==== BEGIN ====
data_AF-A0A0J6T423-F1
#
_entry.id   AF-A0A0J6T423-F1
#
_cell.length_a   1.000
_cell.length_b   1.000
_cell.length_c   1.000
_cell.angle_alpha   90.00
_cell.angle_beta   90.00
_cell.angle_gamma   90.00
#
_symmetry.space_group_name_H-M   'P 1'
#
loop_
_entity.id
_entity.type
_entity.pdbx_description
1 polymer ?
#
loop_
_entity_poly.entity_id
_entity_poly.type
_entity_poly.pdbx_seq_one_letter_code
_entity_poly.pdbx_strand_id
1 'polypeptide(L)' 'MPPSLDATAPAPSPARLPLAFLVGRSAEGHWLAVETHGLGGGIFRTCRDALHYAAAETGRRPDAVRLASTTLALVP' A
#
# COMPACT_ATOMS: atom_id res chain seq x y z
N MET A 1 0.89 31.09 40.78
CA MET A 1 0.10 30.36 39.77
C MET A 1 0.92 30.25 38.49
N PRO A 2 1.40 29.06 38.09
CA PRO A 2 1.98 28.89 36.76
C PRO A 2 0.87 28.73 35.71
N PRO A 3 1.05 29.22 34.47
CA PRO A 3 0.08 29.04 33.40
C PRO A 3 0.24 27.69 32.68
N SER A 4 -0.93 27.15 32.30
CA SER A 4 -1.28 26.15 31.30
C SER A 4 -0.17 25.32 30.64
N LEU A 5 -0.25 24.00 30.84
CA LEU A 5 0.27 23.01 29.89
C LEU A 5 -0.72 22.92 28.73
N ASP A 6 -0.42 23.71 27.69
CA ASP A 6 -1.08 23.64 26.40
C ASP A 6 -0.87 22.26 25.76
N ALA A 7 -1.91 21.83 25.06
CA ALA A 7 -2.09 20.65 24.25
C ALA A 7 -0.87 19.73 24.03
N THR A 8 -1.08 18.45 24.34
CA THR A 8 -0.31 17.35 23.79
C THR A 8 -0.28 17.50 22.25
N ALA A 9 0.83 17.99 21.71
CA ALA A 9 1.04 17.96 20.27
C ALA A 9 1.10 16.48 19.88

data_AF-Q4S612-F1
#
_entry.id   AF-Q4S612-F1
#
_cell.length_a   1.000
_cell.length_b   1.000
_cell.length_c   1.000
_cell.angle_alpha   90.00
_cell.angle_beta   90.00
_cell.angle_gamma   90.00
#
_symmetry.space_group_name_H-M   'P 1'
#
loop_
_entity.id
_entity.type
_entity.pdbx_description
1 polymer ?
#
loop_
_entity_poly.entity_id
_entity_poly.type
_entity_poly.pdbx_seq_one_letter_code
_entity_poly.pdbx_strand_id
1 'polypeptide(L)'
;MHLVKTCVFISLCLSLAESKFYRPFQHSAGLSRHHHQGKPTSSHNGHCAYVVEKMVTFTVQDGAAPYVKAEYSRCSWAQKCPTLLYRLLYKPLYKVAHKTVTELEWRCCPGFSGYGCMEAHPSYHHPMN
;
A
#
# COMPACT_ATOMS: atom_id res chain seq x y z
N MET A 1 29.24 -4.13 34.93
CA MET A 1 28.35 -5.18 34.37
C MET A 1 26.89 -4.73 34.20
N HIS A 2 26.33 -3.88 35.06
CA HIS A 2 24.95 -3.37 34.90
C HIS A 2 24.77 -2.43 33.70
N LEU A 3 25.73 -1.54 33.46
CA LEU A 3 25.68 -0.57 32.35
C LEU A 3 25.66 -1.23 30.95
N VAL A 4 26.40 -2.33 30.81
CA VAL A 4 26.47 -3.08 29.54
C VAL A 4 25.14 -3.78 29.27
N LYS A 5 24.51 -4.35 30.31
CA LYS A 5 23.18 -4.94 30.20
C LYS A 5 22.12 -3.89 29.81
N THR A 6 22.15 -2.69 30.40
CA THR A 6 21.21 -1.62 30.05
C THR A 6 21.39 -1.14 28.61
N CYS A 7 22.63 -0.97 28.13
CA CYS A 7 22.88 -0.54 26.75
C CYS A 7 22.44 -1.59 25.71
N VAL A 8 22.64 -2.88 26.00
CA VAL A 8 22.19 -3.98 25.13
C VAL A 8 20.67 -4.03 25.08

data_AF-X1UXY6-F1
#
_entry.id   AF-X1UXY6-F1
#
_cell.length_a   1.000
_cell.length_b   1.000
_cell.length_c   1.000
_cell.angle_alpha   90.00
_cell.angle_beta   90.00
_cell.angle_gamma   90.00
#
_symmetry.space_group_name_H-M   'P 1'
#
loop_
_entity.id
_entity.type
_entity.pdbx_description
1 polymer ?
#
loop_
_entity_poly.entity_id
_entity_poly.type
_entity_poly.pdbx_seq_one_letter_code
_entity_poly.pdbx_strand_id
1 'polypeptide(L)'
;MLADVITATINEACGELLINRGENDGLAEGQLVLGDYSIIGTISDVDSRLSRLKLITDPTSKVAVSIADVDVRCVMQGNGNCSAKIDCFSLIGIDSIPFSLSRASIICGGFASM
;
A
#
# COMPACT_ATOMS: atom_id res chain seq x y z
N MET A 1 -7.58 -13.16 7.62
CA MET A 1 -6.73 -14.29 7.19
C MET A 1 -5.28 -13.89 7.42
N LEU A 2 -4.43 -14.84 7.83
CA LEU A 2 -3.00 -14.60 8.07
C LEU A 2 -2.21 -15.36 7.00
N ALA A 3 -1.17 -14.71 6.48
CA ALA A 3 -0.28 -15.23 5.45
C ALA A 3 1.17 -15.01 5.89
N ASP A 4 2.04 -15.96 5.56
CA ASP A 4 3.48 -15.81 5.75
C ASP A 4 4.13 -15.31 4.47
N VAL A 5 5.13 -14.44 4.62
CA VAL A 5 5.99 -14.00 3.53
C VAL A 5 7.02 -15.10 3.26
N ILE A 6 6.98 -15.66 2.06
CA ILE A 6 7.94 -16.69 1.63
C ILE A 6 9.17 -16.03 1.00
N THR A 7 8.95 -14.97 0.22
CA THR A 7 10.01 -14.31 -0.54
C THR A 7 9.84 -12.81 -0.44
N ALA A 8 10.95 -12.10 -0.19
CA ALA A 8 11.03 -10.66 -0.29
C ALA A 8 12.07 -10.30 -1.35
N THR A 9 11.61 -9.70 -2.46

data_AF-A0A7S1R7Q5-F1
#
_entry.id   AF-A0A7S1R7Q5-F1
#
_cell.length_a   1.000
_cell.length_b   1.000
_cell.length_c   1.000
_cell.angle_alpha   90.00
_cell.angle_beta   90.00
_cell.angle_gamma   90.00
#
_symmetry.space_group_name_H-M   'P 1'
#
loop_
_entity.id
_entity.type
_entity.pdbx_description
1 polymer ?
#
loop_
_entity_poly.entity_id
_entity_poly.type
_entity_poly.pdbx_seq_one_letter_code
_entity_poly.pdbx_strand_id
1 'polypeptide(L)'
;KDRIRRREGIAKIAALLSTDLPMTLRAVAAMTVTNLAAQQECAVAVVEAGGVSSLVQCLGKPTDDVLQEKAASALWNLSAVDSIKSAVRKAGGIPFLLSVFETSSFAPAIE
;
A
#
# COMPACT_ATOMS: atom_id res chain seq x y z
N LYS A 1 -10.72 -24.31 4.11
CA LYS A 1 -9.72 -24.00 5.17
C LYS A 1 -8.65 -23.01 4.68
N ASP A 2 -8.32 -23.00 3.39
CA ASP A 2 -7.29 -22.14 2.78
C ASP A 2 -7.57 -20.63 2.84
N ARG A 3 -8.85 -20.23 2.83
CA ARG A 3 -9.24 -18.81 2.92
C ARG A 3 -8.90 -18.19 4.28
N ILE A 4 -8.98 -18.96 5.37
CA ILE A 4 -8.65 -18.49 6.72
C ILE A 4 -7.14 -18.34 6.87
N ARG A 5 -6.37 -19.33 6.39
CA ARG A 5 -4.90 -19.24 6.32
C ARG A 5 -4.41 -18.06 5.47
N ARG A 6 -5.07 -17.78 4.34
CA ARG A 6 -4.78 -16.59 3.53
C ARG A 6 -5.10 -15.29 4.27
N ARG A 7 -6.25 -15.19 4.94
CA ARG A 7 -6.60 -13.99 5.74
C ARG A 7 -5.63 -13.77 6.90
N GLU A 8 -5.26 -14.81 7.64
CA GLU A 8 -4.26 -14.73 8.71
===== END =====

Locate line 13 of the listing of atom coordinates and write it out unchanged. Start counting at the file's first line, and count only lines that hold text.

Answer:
#